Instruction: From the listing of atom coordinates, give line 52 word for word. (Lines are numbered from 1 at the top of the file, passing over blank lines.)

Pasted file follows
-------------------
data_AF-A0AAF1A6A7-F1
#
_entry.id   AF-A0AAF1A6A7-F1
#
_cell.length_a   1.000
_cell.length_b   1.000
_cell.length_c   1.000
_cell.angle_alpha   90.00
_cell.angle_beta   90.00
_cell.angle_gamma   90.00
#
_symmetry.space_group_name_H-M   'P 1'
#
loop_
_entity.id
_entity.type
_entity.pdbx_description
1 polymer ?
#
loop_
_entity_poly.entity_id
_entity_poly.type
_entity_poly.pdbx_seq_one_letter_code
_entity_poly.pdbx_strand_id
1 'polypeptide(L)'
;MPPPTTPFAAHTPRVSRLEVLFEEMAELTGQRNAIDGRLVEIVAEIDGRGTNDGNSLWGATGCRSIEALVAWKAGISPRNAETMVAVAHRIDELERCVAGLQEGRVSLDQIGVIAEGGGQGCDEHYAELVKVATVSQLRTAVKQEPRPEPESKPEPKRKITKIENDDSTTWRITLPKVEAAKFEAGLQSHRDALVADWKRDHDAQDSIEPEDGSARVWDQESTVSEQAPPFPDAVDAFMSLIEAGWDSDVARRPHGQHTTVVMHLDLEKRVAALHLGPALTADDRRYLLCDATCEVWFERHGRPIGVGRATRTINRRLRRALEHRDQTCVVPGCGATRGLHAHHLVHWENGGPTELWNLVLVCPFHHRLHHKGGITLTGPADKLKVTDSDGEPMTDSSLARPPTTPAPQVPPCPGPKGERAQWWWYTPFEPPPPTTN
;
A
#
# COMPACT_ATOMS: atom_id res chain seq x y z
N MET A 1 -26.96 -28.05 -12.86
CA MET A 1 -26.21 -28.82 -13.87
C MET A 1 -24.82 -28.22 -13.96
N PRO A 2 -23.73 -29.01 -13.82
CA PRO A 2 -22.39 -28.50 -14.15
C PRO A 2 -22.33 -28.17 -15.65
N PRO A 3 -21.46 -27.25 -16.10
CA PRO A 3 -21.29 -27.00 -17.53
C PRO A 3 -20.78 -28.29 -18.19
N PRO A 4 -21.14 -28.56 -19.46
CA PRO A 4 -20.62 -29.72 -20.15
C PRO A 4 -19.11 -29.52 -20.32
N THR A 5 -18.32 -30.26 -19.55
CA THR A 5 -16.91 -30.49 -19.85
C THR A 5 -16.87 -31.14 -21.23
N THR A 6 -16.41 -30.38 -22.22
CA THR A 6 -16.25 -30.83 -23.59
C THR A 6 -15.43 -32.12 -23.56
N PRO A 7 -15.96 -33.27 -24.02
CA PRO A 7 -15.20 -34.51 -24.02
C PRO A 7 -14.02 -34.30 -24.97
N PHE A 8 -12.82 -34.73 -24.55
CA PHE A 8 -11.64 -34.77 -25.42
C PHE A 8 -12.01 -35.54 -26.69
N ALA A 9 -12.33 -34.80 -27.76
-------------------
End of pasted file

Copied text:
N PHE A 8 -12.82 -34.73 -24.55